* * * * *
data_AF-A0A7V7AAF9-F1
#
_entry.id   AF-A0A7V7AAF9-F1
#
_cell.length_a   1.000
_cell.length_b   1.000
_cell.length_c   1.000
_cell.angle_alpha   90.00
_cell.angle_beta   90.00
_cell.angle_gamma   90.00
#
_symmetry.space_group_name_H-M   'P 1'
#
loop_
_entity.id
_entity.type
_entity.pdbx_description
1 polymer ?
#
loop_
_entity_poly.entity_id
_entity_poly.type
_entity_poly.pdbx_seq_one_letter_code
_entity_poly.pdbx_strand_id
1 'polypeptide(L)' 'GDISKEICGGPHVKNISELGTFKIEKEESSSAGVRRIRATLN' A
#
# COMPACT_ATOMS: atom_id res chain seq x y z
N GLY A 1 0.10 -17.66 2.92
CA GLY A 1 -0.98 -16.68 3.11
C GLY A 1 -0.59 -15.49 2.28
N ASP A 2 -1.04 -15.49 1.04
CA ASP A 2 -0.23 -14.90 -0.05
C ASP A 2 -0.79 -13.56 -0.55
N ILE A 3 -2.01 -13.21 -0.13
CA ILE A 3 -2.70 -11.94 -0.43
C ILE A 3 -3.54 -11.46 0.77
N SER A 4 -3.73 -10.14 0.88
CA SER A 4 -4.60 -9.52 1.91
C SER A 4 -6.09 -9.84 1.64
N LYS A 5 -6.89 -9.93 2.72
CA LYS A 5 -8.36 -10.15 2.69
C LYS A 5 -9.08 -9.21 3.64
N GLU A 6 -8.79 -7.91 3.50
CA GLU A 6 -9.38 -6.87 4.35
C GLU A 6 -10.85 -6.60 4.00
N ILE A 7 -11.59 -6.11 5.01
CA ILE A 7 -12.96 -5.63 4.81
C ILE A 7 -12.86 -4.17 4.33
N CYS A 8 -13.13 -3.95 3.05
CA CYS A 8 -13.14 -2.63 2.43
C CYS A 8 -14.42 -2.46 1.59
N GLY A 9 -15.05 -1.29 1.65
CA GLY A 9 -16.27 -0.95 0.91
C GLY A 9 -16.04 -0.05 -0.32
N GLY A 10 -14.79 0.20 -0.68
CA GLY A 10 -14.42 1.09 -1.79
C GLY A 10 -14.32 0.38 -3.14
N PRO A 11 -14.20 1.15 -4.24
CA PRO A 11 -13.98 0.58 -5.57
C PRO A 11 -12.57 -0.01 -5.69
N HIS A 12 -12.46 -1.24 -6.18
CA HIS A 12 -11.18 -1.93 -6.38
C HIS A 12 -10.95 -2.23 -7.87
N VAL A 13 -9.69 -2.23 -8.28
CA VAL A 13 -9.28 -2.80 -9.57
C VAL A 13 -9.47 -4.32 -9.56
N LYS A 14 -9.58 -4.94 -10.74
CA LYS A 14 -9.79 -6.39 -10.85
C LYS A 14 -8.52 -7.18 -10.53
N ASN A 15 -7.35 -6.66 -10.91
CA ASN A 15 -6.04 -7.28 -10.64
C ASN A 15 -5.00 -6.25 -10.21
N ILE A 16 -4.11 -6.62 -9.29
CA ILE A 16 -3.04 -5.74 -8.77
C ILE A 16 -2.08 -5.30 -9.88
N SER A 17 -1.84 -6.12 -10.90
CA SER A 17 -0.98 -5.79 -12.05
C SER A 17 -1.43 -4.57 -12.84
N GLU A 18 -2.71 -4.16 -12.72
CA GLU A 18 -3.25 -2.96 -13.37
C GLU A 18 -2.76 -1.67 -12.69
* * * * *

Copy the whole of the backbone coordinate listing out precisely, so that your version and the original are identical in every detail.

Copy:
data_AF-A0A7V7AAF9-F1
#
_entry.id   AF-A0A7V7AAF9-F1
#
_cell.length_a   1.000
_cell.length_b   1.000
_cell.length_c   1.000
_cell.angle_alpha   90.00
_cell.angle_beta   90.00
_cell.angle_gamma   90.00
#
_symmetry.space_group_name_H-M   'P 1'
#
loop_
_entity.id
_entity.type
_entity.pdbx_description
1 polymer ?
#
loop_
_entity_poly.entity_id
_entity_poly.type
_entity_poly.pdbx_seq_one_letter_code
_entity_poly.pdbx_strand_id
1 'polypeptide(L)' 'GDISKEICGGPHVKNISELGTFKIEKEESSSAGVRRIRATLN' A
#
# COMPACT_ATOMS: atom_id res chain seq x y z
N GLY A 1 0.10 -17.66 2.92
CA GLY A 1 -0.98 -16.68 3.11
C GLY A 1 -0.59 -15.49 2.28
N ASP A 2 -1.04 -15.49 1.04
CA ASP A 2 -0.23 -14.90 -0.05
C ASP A 2 -0.79 -13.56 -0.55
N ILE A 3 -2.01 -13.21 -0.13
CA ILE A 3 -2.70 -11.94 -0.43
C ILE A 3 -3.54 -11.46 0.77
N SER A 4 -3.73 -10.14 0.88
CA SER A 4 -4.60 -9.52 1.91
C SER A 4 -6.09 -9.84 1.64
N LYS A 5 -6.89 -9.93 2.72
CA LYS A 5 -8.36 -10.15 2.69
C LYS A 5 -9.08 -9.21 3.64
N GLU A 6 -8.79 -7.91 3.50
CA GLU A 6 -9.38 -6.87 4.35
C GLU A 6 -10.85 -6.60 4.00
N ILE A 7 -11.59 -6.11 5.01
CA ILE A 7 -12.96 -5.63 4.81
C ILE A 7 -12.86 -4.17 4.33
N CYS A 8 -13.13 -3.95 3.05
CA CYS A 8 -13.14 -2.63 2.43
C CYS A 8 -14.42 -2.46 1.59
N GLY A 9 -15.05 -1.29 1.65
CA GLY A 9 -16.27 -0.95 0.91
C GLY A 9 -16.04 -0.05 -0.32
N GLY A 10 -14.79 0.20 -0.68
CA GLY A 10 -14.42 1.09 -1.79
C GLY A 10 -14.32 0.38 -3.14
N PRO A 11 -14.20 1.15 -4.24
CA PRO A 11 -13.98 0.58 -5.57
C PRO A 11 -12.57 -0.01 -5.69
N HIS A 12 -12.46 -1.24 -6.18
CA HIS A 12 -11.18 -1.93 -6.38
C HIS A 12 -10.95 -2.23 -7.87
N VAL A 13 -9.69 -2.23 -8.28
CA VAL A 13 -9.28 -2.80 -9.57
C VAL A 13 -9.47 -4.32 -9.56
N LYS A 14 -9.58 -4.94 -10.74
CA LYS A 14 -9.79 -6.39 -10.85
C LYS A 14 -8.52 -7.18 -10.53
N ASN A 15 -7.35 -6.66 -10.91
CA ASN A 15 -6.04 -7.28 -10.64
C ASN A 15 -5.00 -6.25 -10.21
N ILE A 16 -4.11 -6.62 -9.29
CA ILE A 16 -3.04 -5.74 -8.77
C ILE A 16 -2.08 -5.30 -9.88
N SER A 17 -1.84 -6.12 -10.90
CA SER A 17 -0.98 -5.79 -12.05
C SER A 17 -1.43 -4.57 -12.84
N GLU A 18 -2.71 -4.16 -12.72
CA GLU A 18 -3.25 -2.96 -13.37
C GLU A 18 -2.76 -1.67 -12.69